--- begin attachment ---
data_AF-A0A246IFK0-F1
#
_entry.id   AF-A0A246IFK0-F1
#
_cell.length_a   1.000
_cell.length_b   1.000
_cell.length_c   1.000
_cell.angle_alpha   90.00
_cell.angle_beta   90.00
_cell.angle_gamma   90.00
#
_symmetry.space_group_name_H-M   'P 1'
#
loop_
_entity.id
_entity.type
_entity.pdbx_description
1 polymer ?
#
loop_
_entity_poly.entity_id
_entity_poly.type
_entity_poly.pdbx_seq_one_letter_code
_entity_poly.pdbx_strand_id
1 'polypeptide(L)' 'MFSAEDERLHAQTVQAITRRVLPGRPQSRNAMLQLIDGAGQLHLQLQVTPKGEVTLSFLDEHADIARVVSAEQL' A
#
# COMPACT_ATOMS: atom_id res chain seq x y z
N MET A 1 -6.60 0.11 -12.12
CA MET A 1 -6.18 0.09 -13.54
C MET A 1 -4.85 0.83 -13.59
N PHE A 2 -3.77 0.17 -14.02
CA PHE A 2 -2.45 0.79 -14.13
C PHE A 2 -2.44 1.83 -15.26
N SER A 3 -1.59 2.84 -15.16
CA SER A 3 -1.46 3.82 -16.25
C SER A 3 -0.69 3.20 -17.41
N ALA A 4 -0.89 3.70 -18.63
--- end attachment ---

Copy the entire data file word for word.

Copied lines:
data_AF-A0A246IFK0-F1
#
_entry.id   AF-A0A246IFK0-F1
#
_cell.length_a   1.000
_cell.length_b   1.000
_cell.length_c   1.000
_cell.angle_alpha   90.00
_cell.angle_beta   90.00
_cell.angle_gamma   90.00
#
_symmetry.space_group_name_H-M   'P 1'
#
loop_
_entity.id
_entity.type
_entity.pdbx_description
1 polymer ?
#
loop_
_entity_poly.entity_id
_entity_poly.type
_entity_poly.pdbx_seq_one_letter_code
_entity_poly.pdbx_strand_id
1 'polypeptide(L)' 'MFSAEDERLHAQTVQAITRRVLPGRPQSRNAMLQLIDGAGQLHLQLQVTPKGEVTLSFLDEHADIARVVSAEQL' A
#
# COMPACT_ATOMS: atom_id res chain seq x y z
N MET A 1 -6.60 0.11 -12.12
CA MET A 1 -6.18 0.09 -13.54
C MET A 1 -4.85 0.83 -13.59
N PHE A 2 -3.77 0.17 -14.02
CA PHE A 2 -2.45 0.79 -14.13
C PHE A 2 -2.44 1.83 -15.26
N SER A 3 -1.59 2.84 -15.16
CA SER A 3 -1.46 3.82 -16.25
C SER A 3 -0.69 3.20 -17.41
N ALA A 4 -0.89 3.70 -18.63